Camels provide ‘ancient’ milk alternative for adults
DENVER, Colo. (KCNC) – In far-eastern Colorado, eight miles from the Nebraska border, there is a dairy farm called “Camelot.”
Instead of using cow’s milk, the farmers there harvest the milk from camels.
“The camel is a very overlooked animal, for sure,” dairy farmer Kyle Hendrix said.
Majestic, smart and curious, camels are kind and have unique personalities.
“You have to get on a personal level with each one and try to work with them, and work with their personalities,” Hendrix explained.
Hendrix is a first-generation dairy farmer.
He and his family produce milk from his caravan of camels at one of only two licensed camel dairies in the United States.
Hendrix said each camel has to be milked with her calf.
“It’s quite a process, and you only have about 90 seconds to harvest that milk,” Hendrix explained.
The harvest yields up to 1.5 gallons of milk a day. It’s pasteurized to kill the bacteria, then bottled and frozen for shipping.
Camelot has a hard time meeting demand as camel’s milk is considered a healthy milk. It’s higher in antioxidants and has low levels of sugar and saturated fat.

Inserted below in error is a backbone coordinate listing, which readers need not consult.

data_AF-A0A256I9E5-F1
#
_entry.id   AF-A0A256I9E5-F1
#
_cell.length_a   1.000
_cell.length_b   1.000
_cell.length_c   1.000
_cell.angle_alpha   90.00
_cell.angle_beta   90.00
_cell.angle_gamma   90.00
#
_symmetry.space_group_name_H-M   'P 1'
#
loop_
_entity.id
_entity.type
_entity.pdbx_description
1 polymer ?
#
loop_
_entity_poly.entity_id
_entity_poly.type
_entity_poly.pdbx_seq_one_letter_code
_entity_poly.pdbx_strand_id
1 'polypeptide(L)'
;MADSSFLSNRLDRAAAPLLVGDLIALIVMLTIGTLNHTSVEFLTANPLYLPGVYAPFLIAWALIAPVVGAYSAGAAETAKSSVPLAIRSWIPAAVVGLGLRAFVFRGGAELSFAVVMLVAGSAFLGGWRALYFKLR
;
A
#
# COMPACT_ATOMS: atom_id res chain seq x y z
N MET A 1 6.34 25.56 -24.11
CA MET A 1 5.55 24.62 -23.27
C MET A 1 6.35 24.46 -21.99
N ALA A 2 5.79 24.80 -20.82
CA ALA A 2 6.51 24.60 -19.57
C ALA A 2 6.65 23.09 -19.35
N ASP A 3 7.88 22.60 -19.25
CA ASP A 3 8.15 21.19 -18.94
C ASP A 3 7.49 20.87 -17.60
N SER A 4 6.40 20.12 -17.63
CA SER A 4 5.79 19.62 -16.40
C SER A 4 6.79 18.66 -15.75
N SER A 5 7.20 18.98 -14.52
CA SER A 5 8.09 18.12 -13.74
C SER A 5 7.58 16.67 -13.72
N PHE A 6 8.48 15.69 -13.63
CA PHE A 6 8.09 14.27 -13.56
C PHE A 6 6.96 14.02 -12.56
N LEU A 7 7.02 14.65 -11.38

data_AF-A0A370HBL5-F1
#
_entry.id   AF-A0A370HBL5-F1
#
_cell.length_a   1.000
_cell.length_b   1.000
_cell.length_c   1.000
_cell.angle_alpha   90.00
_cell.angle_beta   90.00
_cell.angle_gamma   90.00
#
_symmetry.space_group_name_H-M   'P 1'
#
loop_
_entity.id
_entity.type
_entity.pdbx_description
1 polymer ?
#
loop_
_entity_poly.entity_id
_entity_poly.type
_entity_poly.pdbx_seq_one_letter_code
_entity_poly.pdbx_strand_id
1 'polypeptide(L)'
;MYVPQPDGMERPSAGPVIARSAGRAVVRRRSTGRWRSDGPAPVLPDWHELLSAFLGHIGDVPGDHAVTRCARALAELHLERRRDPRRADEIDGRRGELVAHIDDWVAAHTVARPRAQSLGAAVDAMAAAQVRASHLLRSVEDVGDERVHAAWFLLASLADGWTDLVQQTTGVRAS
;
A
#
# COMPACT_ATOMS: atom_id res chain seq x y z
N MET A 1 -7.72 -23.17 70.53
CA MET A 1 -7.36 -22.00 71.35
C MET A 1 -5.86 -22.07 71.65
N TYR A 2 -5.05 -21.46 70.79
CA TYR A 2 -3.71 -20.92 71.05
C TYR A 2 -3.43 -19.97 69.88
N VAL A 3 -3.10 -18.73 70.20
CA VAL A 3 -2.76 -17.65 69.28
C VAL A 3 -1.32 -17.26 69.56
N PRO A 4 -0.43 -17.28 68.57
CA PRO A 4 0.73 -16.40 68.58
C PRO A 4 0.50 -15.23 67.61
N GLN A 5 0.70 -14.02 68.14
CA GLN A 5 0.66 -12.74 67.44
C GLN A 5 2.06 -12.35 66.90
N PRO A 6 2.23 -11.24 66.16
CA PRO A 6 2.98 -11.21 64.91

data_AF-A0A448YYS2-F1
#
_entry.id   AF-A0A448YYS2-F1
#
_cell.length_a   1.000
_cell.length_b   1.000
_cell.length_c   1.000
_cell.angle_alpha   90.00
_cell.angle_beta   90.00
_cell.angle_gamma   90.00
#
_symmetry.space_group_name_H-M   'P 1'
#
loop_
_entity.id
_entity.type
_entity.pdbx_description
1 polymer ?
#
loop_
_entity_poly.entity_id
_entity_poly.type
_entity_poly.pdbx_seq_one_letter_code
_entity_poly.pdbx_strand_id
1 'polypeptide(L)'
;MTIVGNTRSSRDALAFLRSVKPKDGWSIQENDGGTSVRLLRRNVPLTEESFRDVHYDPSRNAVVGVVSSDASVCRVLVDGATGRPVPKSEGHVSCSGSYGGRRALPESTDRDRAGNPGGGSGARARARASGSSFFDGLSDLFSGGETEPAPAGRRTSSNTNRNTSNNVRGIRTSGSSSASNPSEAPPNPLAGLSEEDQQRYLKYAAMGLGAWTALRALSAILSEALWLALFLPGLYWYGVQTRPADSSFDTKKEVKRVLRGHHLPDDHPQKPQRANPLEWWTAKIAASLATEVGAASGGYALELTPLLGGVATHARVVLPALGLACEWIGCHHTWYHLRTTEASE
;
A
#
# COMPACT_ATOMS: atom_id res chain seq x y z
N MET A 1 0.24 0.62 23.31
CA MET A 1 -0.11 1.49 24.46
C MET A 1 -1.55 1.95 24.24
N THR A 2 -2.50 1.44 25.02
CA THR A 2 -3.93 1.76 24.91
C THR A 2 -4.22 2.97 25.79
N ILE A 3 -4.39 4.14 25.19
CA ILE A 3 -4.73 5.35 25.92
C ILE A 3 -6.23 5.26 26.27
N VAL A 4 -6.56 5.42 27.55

Some consider it a perfect substitute for people who can’t tolerate cow’s milk.
“There are some potential benefits for adults or even children, not infants and young toddlers who need to be consuming formula,” said Bonnie Jortberg, a registered dietitian and nutritionist at the University of Colorado Anschutz medical campus.
One drawback, however, is that camel milk is expensive in the U.S. – one pint sells for between $12-$16.
In addition to the camel dairy in Colorado, there’s also one in Ramona, California.
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